Answers to your questions
I have an Invention idea, how can I protect it?
O.K. What’s the first step?
How much does Patent Protection Cost?
What does Patent Pending Mean?
Do I really need a Patent?
What is Licensing?
How much is a Royalty?
Do I need a Prototype?
There are different forms of idea protection, these are known as ‘Intellectual Property Protection’. They include the following categories;
• Provisional Patent Protection: Short term (one year) protection for a ‘product’ or functional item. Often used to reduce short term costs considerably.
• Utility Patent Protection: Long term patent protection (twenty years) for a product or functional item. Included in this category could be manufacturing process, business processes or system.
• Industrial Design Patent: Protection specifically for the ‘esthetic’ of an item. Often used for uniquely designed furniture, vase or french doors.
• Trade Mark: Protection for unique names, logos or symbols. Common Trade Marks include Velcro, Coca-Cola or the Nike ‘Swoosh’.
• Copyright: Protects works of art of a various nature, including for example: poems, drawings and paintings, photographs, books, game or assembly instructions etc.Frequently Asked Questions on how to Patent and License New Ideas, Product Inventions
It’s very important to ensure that an invention idea has not already been protected. Approximately 50% of ideas that are searched turn up as already patented. Visit our section on ‘Patent Search’ to perform your own search online or go directly to the Unites States Patent & Trade Mark Office at www.uspto.gov.
Patents will vary depending on the complexity of the invention concept and the extent of other relevant patents uncovered in the Patent Search. The costs to achieve Patent Pending Status range from $3,000 to $15,000. However, many of the costs related to Patenting can be postponed. This is very useful in freeing up resources for other areas of the idea development.
The Patenting Process consists of applying for Patent Protection in the countries of one choice. Once an application is sent into a Patent Office, the application is stamped ‘Received On ______’ and this will be the ‘File Date’ and the application is considered ‘Pending’. This date is significant since Patent Offices all over the world will consider it to be your official date of invention so to speak. The application will likely sit in Pending status for a year or more, before the Patent Office finally has one of its Examiners review the application. Even though the Patent is not officially Granted, an inventor can feel free to manufacture, disclose, market, sell or license the idea in the market place. What’s most important is to file quickly and obtain Pending Status. Also, it is important to file a Patent Application within one year of publicly disclosing an idea. If the application is not made within the one year period, the inventor may lose his/her rights to Patent.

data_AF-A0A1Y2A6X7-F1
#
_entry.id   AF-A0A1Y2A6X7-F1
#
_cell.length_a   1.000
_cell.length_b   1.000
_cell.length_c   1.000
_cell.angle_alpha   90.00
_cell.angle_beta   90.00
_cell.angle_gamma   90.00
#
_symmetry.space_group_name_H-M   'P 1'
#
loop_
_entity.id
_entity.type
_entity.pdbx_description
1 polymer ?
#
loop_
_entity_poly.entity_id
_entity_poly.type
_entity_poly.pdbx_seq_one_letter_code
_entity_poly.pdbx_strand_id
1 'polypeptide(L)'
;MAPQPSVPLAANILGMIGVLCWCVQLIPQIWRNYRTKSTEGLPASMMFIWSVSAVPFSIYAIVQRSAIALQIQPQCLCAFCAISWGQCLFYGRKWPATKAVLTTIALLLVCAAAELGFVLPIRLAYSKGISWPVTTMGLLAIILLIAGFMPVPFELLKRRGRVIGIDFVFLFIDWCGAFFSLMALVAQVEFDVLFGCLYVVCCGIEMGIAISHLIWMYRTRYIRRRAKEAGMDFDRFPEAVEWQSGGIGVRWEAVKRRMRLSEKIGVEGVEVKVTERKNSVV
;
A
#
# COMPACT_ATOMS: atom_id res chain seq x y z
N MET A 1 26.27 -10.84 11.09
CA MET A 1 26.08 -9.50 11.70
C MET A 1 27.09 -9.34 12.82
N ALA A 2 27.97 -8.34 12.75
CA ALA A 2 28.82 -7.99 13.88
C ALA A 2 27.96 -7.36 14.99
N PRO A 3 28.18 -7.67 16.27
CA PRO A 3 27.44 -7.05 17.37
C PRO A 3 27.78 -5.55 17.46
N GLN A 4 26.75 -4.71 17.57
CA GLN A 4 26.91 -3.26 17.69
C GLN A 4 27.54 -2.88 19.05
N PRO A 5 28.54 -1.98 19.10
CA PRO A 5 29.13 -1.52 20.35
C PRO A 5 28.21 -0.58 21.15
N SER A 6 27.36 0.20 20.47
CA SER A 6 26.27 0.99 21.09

Patenting is a strategy and works well, depending on where you want to go with your idea. Some inventors and companies choose to make and sell the product as quickly as possible, make their profits and expect that competition will enter the market sooner or later. All without Patent Protection.
Alternatively, Patenting allows the inventor the option to license or sell the idea to a bigger company for royalties or an out-right sale. Of course, Patent Protection helps the inventor or company maintain a monopoly in the market place. Some business people realize that by Patenting the door is left open to create ‘Strategic Alliances’ with other companies (perhaps in other territories) down the road.
Licensing is the process of ‘selling’ an idea to a larger company for royalties or upfront fees. The is the most common method of development and profit used by inventors. The attraction to Licensing is the low costs. The main cost of Licensing is the Patent Protection which is critical to the Licensing Process. Other considerations include prototyping, presentation and contacting companies who might be able to produce and sell the product in large quantities.
Royalty rates are calculated based on a number of factors including: industry specific royalty rates, manufacturer profit margins, distributor profit margins, volume expectations and discounts, and, value of product development to date by the inventor. Innovative Licensing & Promotion, Inc. performs royalty evaluations for new products based both on industry standard, royalty rates and its own methods of negotiating higher than standard royalties.
If you wish to License your invention idea to a larger company and receive royalties, a Prototype can be very useful. Prototypes are an effective method of demonstrating a new product concept. However, it is not the only way. Prototyping, depending on the concept, can become cost prohibitive. Computer model techniques such as CAD, Solid Works or E Drawings can create a ‘Photo-Realistic rendering of the product. These methods create a 3 dimensional/360 degree view of the anticipated final product.
How do I get the highest return on my invention?
The most common method of developing an invention and receiving high return is through Licensing.
Licensing is the process where an inventor sells or leases his or her idea or patent to a larger company.
The larger company takes over the manufacturing, distribution, marketing and retailing of the invention or patent and pays the inventor through royalties, up front fees and both.
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